Mr Solid and reliable has been the Nationals' usual preference for leadership style.
They dumped that approach to pick Barnaby Joyce when the steady Warren Truss retired in 2016.
But two years on from becoming leader, and just months after jubilantly striding into Parliament having won a by-election sparked by his dual citizenship, Mr Joyce is gone.
The junior Coalition partner did not expect to be finding a replacement so soon. And until a few months ago — when that surprise New Zealand citizenship emerged — the Nationals did not even contemplate a succession plan.
They are now scrambling to replace their brash leader, and whoever that is will represent a big swing back to the traditional style of Nationals leadership, exemplified by Mr Truss as well as past leaders like John Anderson.
Steady will be back.
Veterans Affairs Minister Michael McCormack is the favourite.
He holds a safe seat and a spot in the ministry, but his public profile is drastically below Mr Joyce's level of brand recognition.
But after the dual citizenship crisis swept through the Nationals like a nasty virus last year, then Mr Joyce's private life became public, low-key and mild-mannered may be preferable.
The ABC understands David Gillespie, who holds the New South Wales seat of Lyne, will also push to be leader.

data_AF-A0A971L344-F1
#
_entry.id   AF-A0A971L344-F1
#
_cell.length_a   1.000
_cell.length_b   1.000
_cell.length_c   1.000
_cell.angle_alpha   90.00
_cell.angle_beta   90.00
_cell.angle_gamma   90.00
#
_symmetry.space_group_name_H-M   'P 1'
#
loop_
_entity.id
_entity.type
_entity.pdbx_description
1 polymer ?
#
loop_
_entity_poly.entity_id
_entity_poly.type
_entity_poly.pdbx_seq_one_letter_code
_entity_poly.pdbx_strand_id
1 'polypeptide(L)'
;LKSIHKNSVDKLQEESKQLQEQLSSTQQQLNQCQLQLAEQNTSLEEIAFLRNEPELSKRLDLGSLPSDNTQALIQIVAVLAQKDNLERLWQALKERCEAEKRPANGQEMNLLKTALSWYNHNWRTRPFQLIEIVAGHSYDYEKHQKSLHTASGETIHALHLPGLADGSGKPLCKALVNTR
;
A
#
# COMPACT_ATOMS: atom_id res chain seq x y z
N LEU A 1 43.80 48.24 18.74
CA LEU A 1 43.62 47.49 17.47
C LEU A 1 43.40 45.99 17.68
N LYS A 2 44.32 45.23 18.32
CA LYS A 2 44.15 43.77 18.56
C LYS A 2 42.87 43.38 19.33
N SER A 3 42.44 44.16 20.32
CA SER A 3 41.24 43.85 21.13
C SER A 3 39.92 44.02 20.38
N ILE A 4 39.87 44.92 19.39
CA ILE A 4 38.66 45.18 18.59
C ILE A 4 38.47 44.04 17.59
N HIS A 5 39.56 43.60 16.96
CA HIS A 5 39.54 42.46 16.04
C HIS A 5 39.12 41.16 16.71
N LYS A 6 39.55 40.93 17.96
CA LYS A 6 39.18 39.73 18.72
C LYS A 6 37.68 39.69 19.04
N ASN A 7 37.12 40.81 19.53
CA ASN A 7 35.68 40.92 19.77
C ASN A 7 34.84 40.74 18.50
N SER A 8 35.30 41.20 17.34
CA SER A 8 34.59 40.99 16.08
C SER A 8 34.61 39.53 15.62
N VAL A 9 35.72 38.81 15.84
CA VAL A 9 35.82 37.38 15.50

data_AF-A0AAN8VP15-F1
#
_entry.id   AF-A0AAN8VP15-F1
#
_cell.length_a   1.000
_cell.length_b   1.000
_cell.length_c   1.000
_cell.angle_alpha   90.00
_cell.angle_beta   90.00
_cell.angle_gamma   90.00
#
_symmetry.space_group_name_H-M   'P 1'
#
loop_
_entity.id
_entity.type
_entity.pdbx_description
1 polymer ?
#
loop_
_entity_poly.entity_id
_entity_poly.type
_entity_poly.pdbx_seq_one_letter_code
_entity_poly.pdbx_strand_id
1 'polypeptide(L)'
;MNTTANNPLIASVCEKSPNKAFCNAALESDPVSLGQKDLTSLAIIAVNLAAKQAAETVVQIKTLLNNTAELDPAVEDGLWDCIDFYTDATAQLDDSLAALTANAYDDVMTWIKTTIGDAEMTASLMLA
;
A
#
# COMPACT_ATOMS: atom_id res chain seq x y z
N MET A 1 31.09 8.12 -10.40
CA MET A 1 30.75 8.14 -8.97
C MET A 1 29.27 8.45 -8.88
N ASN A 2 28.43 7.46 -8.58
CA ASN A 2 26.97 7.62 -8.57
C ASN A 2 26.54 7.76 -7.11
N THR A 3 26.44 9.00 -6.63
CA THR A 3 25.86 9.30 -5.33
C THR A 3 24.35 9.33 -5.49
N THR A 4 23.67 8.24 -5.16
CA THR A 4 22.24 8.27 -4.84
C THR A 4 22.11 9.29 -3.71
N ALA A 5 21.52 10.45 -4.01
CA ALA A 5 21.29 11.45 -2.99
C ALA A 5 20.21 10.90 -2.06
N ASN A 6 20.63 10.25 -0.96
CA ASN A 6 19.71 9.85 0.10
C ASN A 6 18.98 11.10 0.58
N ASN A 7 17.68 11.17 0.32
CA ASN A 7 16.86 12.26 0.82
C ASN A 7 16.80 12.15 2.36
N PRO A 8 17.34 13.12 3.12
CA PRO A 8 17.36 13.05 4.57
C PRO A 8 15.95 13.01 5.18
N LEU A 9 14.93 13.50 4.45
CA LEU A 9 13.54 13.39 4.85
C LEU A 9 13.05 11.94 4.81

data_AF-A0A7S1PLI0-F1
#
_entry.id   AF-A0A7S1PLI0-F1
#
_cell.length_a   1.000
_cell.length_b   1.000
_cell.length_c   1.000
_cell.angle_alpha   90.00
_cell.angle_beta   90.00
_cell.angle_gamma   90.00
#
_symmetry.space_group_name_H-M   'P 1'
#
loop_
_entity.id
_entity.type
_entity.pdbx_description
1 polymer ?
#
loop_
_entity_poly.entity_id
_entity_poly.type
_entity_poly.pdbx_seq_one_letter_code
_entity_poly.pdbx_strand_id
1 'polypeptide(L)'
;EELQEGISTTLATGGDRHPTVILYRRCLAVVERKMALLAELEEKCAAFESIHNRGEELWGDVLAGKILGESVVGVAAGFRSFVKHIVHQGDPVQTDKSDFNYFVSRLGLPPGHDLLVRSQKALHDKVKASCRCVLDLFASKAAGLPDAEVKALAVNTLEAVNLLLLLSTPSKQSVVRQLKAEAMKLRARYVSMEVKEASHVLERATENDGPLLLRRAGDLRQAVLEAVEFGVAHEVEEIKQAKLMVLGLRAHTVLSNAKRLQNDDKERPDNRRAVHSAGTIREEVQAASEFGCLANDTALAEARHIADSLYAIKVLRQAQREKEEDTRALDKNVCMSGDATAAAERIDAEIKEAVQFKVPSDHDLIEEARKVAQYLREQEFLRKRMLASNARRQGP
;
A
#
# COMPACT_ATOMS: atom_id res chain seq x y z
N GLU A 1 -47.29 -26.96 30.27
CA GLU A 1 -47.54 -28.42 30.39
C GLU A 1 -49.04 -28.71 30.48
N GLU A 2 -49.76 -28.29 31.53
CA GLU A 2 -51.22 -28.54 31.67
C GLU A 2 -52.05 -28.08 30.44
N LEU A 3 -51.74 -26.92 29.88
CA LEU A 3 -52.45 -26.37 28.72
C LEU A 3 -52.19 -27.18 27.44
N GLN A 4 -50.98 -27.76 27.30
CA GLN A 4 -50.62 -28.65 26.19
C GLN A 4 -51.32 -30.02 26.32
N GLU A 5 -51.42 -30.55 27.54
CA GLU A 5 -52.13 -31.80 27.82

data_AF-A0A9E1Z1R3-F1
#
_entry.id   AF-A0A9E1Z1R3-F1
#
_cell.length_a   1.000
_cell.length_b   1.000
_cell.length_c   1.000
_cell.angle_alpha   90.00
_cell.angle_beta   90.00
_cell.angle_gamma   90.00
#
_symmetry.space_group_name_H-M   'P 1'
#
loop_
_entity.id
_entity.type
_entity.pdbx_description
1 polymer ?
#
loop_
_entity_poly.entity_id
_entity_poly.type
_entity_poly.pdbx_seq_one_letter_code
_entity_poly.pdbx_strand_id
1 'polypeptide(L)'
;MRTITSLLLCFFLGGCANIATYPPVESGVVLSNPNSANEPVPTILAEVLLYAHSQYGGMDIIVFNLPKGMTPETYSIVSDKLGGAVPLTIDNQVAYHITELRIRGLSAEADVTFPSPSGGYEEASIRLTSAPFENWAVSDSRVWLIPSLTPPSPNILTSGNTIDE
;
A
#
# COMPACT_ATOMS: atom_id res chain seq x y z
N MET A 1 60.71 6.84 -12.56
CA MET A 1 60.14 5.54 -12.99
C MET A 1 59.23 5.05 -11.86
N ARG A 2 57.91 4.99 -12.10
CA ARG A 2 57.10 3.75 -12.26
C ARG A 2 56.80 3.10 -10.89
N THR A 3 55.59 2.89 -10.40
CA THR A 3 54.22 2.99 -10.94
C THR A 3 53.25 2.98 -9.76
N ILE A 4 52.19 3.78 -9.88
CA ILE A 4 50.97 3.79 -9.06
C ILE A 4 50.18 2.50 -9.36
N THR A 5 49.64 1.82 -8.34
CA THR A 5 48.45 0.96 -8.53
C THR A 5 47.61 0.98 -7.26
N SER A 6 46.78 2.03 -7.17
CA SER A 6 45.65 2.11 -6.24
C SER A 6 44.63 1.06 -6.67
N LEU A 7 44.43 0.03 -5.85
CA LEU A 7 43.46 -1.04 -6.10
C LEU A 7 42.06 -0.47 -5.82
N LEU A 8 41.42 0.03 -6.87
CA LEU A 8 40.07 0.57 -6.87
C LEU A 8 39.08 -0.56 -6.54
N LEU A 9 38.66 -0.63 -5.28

Dr Gillespie faces the same profile problem as every other contender.
But he certainly qualifies as steady and reputable — he was a gastroenterologist before entering Parliament.
He is fighting a High Court case over the ownership of a post office agency, which Labor argues is a potential breach of the constitution.
Legal processes on that one are dragging on, but Dr Gillespie does not believe it should stop him becoming leader.
David Littleproud has also been discussed as a potential contender.
The member for Maranoa has been in Parliament for less than two years, but he was promoted to Cabinet as Agriculture Minister, from the backbench, late last year.
One Nationals MP with a reasonably strong profile is former Cabinet minister Darren Chester, but he was dumped from the frontbench to make way for Mr Littleproud in December's reshuffle.
That demotion was a symbol of the turmoil that the next leader will have to start to repair.
Mr Chester has ruled out running for the leadership.
"In the interest of a smooth transition, it is not my intention to contest the leadership," he said.
He announced he would back Mr McCormack.
"Michael is the most experienced House of Representatives Minister that the Nationals have in the Parliament, and he has the passion, enthusiasm and determination to deliver for all regional Australians," Mr Chester said.
Rebuilding projects often drag on and bring tensions of their own.
The renovation of the Coalition will kick off with the leadership contenders making their case over the next few days.
Loyalties are already divided between those who dug in behind Mr Joyce and those who had been pushing for a fresh start.
Managing the outspoken characters in the party like backbencher George Christensen and Senator Barry O'Sullivan will be a key side project for the party and its new leadership team.
That tricky task is to balance their right to voice some at-times controversial views with the need to bring a new sense of Coalition calm.
Liberal confidence in the smaller party has been badly damaged.
The new leader faces the task of restoring that trust.
Liberals will be scrutinising who gets promoted in the upcoming reshuffle as the first sign of how smooth the transition will be.